Your house loses heat in a similar way to your body. Imagine that you’re preparing for a walk on a cold, windy day. You’ll need a sweater to be warm enough, but the wind will go right through your sweater so you put on a windbreaker too.
Think of the thick sweater you’re wearing under your shell or windbreaker as insulation. In the nerdy building science world we call it the “thermal boundary”. It’s purpose is to trap heat near your body. Your house’s thermal boundary is the insulation that you have in your walls and attic. Sometimes this is fiberglass, cellulose, foam, mineral wool, or in some in older houses just newspapers. The type of insulation in your home may depend on a number of factors, including when your home was built. Some older homes have no insulation at all.
Think of your windbreaker as the air barrier. It stops the wind from robbing the heat your body worked so hard to produce. Now, imagine that your windbreaker is full of holes. It will feel drafty and uncomfortable especially where the holes are. The air barrier in your house stops the heat from passing through the thermal boundary and escaping to the outside. The windbreaker (air sealing) in your house can be made of many materials: sheetrock, plastic, paper, as well as some very green and high tech air barriers that allow water vapor to pass through but very little air to escape. When we do audits we can actually “see” air and often find many holes in the air barrier in a home; this holds true for historic 200 year old homes as well as brand new homes.
The audit is the starting point for making any informed decisions regarding home performance and energy efficiency. An audit takes a holistic approach to looking at your house’s efficiency. It is the point at which we collect all the interrelated data the house has to offer and synthesize it into a format that helps us identify the ways that the various pieces of the house are working together or are working to create problems for the house and you; with it we can have a complete and comprehensive picture of how it can be improved. We can predict how adding something or taking something away will have a ripple effect through the whole system of your house.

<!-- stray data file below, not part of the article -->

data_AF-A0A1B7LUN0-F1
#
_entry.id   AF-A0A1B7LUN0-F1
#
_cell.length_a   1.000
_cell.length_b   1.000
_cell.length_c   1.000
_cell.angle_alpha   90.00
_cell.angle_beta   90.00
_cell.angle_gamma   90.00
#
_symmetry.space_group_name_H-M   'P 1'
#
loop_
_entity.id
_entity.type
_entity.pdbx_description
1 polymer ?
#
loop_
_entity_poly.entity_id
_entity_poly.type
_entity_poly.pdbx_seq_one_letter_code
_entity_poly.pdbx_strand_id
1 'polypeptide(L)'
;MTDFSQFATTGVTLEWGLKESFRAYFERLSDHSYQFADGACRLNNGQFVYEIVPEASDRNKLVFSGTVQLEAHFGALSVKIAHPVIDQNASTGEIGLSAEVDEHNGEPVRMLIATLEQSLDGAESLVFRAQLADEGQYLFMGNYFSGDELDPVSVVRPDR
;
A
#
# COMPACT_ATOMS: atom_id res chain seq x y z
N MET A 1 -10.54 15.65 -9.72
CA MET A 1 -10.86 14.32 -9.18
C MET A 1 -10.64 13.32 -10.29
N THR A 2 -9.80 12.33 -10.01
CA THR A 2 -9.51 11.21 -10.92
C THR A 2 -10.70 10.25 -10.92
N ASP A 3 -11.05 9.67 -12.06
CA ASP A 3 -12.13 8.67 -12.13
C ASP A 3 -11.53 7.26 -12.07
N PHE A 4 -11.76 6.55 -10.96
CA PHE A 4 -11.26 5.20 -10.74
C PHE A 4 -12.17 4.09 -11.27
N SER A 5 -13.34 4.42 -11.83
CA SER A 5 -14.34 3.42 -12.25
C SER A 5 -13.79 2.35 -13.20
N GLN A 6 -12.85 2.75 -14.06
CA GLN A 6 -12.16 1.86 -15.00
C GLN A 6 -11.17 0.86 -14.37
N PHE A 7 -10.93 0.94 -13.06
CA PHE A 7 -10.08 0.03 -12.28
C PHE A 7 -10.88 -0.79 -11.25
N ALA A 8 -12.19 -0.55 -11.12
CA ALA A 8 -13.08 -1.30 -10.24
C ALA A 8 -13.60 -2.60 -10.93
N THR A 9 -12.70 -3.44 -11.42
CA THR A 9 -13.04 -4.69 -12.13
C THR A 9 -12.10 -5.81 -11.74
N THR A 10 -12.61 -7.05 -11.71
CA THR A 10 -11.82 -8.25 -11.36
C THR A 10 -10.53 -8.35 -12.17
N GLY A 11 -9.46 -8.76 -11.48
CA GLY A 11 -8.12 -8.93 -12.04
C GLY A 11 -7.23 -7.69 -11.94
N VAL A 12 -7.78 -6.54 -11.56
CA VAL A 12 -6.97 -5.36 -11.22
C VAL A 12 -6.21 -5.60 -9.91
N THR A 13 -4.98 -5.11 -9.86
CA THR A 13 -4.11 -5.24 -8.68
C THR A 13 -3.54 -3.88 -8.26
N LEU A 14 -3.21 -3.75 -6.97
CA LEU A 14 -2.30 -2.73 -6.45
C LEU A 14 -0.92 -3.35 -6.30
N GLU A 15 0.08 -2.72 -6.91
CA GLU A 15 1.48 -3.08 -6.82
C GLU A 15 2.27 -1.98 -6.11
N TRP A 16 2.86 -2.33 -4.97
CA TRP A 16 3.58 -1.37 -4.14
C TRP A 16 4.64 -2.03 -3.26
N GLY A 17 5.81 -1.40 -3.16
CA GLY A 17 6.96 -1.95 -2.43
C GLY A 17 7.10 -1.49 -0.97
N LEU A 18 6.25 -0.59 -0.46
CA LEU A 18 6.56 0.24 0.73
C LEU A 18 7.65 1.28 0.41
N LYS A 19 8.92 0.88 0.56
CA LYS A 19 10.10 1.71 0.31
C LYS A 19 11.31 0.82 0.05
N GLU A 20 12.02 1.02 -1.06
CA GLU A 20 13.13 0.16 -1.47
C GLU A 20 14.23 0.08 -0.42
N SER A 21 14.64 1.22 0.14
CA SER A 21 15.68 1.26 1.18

We look at every assembly of the house from the basement to the attic. We evaluate the efficiency of heating and cooling systems, electrical efficiencies, indoor air quality, ventilation as well as moisture and mold issues. We look at windows; obscure assemblies and things called “thermal bypasses” that you might not expect would be sources of heat loss. These are areas like house connections with chimneys, porches and garages. From this list of observations come recommendations on improvements.
The information we are able to gather in these audits is incredibly important to how we think about your home, which is why Lewis Creek Company includes a free energy audit with each renovation – the information is that critical.
Walk through the process with our Energy Audit checklist.
What happens after the energy audit? Find out in our blog post “After Your Energy Audit: Projects and Cost Savings”.